This produces a material that can be 3D printed into structures that are stiffer and more fracture resistant than alginate alone - an important achievement as alginate tends to be fragile and thus hard to work with. Furthermore, the material is also capable of becoming stiffer or softer in response to different chemical treatments, meaning it could be used to make “smart” materials that are able to react to their surroundings in real time. In addition, alginate-GO retains alginate’s ability to repel oils, giving the new material potential as an anti-fouling coating.
In a recent study, researchers from the Stevens Institute of Technology in the U.S have come up with an original idea - they designed a bionic mushroom that uses graphene to produce electricity. More accurately, the researchers have generated mushrooms patterned with energy-producing bacteria and an electrode network.
Many examples of organisms that live closely together and interact with each other exist in nature. In some cases, this symbiotic relationship is mutually beneficial. The research team wanted to engineer an artificial symbiosis between button mushrooms and cyanobacteria. In their vision, the mushroom would provide shelter, moisture and nutrients, while bacteria 3D-printed on the mushroom's cap would supply energy by photosynthesis. Graphene nanoribbons printed alongside the bacteria could capture electrons released by the microbes during photosynthesis, producing bio-electricity.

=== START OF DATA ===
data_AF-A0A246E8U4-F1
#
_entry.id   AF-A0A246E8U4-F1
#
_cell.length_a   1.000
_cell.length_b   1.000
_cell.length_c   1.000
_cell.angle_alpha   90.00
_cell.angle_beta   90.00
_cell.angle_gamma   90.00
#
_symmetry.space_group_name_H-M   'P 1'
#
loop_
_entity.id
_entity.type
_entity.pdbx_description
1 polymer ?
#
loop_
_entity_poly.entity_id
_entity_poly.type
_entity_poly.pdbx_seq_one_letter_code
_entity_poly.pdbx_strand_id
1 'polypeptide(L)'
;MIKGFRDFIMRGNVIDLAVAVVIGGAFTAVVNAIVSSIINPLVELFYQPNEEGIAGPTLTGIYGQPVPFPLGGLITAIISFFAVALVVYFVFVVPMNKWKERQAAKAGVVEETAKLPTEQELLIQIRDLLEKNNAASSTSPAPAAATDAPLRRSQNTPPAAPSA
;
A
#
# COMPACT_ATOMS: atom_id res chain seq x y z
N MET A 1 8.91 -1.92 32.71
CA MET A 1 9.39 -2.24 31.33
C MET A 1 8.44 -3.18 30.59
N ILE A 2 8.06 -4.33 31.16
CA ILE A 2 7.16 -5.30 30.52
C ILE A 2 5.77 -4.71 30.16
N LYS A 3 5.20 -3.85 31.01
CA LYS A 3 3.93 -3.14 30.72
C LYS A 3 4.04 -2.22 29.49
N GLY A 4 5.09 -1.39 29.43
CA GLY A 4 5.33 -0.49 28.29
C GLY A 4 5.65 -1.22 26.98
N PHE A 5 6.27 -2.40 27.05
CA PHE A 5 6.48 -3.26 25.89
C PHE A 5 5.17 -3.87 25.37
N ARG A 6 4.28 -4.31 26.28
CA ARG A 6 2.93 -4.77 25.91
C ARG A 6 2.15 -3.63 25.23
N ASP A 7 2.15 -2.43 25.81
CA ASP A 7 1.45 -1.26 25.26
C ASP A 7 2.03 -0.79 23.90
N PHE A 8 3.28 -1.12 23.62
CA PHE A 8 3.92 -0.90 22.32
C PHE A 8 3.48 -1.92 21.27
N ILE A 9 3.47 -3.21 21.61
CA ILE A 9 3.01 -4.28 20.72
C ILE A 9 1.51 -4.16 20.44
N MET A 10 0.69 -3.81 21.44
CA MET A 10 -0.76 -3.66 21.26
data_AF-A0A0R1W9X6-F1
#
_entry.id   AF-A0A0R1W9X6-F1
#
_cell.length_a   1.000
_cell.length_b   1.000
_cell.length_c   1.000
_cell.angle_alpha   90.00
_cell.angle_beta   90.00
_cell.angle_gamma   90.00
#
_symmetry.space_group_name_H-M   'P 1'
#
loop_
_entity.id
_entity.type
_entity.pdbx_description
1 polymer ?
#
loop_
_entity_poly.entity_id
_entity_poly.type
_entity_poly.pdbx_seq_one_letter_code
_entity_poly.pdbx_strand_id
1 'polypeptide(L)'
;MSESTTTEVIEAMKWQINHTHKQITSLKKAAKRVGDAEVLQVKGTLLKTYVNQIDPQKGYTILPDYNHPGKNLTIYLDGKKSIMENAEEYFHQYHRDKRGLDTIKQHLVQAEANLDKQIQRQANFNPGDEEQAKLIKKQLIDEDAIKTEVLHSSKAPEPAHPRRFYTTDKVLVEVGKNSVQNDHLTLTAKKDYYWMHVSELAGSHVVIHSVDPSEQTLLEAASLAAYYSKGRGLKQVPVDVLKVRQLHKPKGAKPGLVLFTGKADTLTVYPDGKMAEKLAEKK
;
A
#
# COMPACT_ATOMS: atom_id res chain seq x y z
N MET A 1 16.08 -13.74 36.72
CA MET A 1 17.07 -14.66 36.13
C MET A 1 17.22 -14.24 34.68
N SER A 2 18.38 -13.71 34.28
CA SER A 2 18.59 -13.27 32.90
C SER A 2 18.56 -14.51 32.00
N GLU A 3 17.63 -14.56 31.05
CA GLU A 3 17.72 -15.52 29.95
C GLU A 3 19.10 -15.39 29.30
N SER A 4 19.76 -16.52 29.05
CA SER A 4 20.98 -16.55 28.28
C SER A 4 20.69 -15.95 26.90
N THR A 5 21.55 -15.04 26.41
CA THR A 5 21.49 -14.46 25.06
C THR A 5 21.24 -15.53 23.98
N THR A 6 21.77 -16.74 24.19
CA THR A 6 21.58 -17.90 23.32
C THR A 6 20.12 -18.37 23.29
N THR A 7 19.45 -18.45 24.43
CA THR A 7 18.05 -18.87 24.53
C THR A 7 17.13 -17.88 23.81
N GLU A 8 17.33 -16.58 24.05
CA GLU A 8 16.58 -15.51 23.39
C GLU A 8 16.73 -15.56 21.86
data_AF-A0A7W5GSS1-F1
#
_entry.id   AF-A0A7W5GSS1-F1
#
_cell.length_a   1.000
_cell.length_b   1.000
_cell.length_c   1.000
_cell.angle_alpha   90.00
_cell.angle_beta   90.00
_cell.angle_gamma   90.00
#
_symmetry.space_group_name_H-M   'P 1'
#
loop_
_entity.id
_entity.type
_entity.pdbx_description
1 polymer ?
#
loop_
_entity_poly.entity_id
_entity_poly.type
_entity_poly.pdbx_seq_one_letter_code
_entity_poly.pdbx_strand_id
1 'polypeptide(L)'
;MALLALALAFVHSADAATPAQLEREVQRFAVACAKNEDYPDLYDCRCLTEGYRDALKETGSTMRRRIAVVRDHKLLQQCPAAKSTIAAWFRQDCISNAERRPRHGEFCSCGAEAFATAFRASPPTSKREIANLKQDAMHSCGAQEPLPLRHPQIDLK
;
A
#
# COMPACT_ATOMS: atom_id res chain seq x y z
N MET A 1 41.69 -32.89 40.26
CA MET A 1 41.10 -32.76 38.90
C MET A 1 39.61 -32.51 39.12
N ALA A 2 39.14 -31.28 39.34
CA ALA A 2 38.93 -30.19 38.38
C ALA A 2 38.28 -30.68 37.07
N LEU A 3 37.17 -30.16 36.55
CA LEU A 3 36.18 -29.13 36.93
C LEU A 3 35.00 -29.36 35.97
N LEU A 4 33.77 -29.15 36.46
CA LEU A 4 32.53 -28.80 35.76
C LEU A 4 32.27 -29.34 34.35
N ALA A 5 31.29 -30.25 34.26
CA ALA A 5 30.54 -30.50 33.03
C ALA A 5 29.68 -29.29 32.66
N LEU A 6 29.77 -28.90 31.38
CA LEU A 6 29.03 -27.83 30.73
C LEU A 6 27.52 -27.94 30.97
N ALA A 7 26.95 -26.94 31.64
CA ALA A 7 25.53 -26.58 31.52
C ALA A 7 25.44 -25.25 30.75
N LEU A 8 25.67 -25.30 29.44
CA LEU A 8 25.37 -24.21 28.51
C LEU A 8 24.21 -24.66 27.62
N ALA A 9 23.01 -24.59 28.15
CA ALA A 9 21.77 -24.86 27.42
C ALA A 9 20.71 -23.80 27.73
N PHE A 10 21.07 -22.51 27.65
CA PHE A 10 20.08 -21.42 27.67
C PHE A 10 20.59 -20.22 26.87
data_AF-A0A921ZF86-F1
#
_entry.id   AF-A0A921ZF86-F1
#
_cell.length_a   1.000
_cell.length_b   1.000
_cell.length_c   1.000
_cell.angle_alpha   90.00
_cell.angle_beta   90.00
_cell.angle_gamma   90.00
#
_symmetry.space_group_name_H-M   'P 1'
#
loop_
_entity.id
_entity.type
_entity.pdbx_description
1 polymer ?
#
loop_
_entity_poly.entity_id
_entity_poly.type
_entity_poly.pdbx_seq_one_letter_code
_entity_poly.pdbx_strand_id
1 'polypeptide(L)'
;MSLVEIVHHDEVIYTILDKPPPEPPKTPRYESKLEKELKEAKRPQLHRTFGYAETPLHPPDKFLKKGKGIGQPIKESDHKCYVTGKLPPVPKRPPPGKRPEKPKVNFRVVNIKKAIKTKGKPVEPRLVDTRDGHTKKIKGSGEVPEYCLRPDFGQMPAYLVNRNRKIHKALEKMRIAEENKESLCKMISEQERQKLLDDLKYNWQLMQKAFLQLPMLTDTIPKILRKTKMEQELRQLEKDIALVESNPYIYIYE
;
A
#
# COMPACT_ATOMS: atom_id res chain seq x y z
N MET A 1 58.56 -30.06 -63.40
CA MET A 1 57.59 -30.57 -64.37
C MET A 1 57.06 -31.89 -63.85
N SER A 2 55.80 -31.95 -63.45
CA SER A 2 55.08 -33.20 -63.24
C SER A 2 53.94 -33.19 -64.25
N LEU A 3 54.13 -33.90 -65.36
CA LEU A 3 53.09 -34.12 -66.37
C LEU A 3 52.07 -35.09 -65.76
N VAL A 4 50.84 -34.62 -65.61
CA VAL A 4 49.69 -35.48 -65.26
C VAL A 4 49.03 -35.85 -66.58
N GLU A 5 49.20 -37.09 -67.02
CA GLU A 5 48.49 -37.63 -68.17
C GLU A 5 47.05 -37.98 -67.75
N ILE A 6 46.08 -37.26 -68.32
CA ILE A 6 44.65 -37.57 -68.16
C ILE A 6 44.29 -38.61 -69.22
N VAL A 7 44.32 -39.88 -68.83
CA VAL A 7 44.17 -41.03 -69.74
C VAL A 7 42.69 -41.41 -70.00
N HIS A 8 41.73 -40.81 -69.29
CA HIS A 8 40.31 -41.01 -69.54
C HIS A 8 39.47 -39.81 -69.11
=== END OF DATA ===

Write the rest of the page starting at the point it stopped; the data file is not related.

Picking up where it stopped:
Researchers at the University of California, Santa Cruz and Lawrence Livermore National Laboratory in California have developed a new fabrication technique to make capacitors enhanced with graphene. The resulting devices store a large amount of charge over a given surface area - an important metric for measuring the performance of a capacitor.
The new technique uses a 3D printer to construct a microscopic scaffold with porous graphene and then fills the structure with a kind of material called a pseudocapacitive gel, which is a kind of capacitor material that also behaves like a battery in some ways.